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Four Decisions Strategy –7 Strata, WHO, Brand Promise, Profit Per X

Posted by Douglas A Wick on Thu, Feb 19, 2015

We’re exploring the Four Decisions resources and Growth tools Positioning Systems and Gazelles coaches provide to our customer to help you become familiar with how you can ramp up the growth of your small to mid-sized business.

describe the imageStrategy challenges are indicated by a slowing in top line revenue growth. If revenue is not growing as quickly as you like, then it’s time to re-examine your strategy i.e. what you’re selling to whom.  Decisions equal success - and there are four decisions, in growing your business, that you must get right or risk leaving significant revenues, profits, and time on the table. These four decisions: People, Strategy, Execution, and Cash.

Previous blogs in this series included:

Rockefeller Habits 4 Decisions Tools - People

Rockefeller Habits 4 Decisions Tools – People Continued

Four Decision Growth Tools – Strategy Yields Top Line Revenue Growth

Four Decision Growth Tools – Strategy for Top Line Revenue Growth (Cont.)

There are still several tools to offer in Strategy.  We’re often asked, “What is it about our tools that customers find most valuable and useful?” The clear feedback trend is that the Gazelles Tools (e.g. Growth Tools and the One-Page Strategic Plan), are SIMPLE, PRACTICAL and ACTIONABLE.  By that we mean:

  • SIMPLE – Easy to use without complex instructions.
  • PRACTICAL – They make a difference.
  • ACTIONABLE – The tools can be acted on (used) right away.

A key operating principle we advocate is to have a “bias toward action” When in doubt, don’t overthink a situation – TAKE ACTION and move forward; or as one thought leader has shared – move forward and if necessary, fail forward by taking action.

Let’s look at several more Strategy Growth tools today.

Seven Strata of Strategy

Verne continuously polls growth company leaders in regard to which of the Four Decisions is most gnawing on them – the one they feel needs important focus, consideration and development. Through time the answers, trends and patterns change with changing economic, political and social forces changes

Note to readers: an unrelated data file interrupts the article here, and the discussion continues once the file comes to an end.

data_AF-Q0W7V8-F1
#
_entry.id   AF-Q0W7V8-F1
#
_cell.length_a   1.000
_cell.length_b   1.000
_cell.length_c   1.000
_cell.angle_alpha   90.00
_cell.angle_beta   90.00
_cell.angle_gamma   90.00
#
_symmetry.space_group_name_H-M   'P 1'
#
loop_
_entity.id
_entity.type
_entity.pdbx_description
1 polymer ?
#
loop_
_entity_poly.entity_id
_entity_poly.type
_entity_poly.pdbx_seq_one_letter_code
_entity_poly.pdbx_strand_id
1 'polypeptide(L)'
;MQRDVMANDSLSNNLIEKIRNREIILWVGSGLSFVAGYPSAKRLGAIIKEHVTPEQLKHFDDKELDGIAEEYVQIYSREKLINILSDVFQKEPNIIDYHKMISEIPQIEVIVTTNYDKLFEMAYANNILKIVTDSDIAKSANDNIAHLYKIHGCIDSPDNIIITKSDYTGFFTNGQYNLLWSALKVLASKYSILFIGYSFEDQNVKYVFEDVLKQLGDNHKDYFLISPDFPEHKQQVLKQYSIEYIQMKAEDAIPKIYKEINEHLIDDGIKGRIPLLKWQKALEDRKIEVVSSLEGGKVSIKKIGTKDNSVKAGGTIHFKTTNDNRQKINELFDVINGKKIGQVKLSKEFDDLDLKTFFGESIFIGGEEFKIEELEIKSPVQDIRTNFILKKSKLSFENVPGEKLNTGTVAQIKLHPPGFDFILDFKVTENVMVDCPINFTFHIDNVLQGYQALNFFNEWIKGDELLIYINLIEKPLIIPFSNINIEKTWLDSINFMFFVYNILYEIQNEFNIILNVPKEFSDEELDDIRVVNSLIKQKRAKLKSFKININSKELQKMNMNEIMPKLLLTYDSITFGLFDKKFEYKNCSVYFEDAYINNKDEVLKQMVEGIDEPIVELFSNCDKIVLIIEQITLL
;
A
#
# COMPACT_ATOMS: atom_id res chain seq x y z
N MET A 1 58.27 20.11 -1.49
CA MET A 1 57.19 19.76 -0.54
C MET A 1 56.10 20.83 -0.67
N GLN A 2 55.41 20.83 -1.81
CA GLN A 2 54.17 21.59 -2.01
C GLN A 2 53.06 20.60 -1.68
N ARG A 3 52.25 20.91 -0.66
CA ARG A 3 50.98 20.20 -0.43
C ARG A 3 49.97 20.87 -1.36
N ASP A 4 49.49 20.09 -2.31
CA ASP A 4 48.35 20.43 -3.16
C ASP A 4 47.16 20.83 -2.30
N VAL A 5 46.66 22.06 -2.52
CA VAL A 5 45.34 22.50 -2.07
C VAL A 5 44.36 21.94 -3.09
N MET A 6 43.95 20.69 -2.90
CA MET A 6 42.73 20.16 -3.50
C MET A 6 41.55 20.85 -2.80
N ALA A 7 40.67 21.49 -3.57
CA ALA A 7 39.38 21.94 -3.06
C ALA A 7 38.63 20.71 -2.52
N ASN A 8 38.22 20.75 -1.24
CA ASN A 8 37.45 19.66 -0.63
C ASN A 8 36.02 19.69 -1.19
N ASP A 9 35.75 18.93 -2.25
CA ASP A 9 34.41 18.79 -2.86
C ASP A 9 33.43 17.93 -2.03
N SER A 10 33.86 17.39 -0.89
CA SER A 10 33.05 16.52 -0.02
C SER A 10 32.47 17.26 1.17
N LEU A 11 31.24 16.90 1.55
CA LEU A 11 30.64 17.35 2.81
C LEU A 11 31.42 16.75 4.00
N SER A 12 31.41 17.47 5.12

In the recent economic downturn of 2008-2011 (“The Great Recession”), the clear pattern in CEO feedback was the Strategy Decision – primarily due to the impact of the recession had been deep and fundamental for many companies. They began asking the question all over again, ‘What is our strategy and what are the elements of strategy for our company to grow and succeed?

As Verne pondered the question, he continued his regular dialogue with thought leaders, and conducted his own personal research.  Here is what has transpired: The development of what Verne calls Seven Strata of Stratgy  resized 600‘The Seven Strata of Strategy’ – the 7 key elements to have a solid, comprehensive Strategy for a mid-market growth company, and of course, all on one page!

For more from Verne Harnish, and a specific example from, check out THE 7 STRATA OF STRATEGY: GROWING YOUR BUSINESS. You can also explore Positioning Systems series of blogs on each of the 7 Strata here.

 WHO: Your Core Customer

Bob Bloom is the author of The Inside Advantage and a Gazelles summit speaker and faculty member.  In Bob’s book and workshops, he has a four-step process that is repeatable and simple to help clients determine their Core Customer. The process includes determining your

  • Who? (Core Customer)
  • What? (you are selling)
  • How? (you position and sell it),
  • Imaginative Acts? (Special activities that differentiate and make your process successful).

The end outcome is a simple, one-page statement encompassing the four items above – simple, but compelling and elegant.

The question here is, is your WHO clear? You must think of your customer or potential customer in the singular – as one living and breathing person. It must be a person you can get to know and develop a close relationship with. It’s very helpful to form a mental picture of the customer you are trying to sell. You don’t sell your product or service to a demographic. You must clearly identify the customer who purchases. WHO is the Core Customer most likely to buy your product or service in the quantity required for optimal profit?

Positioning Systems once again explored this entire process starting with your WHO in a series of blogs you can explore HERE.  You find a lot more details on how and why this is such an important decision to make for your business.

Brand Promise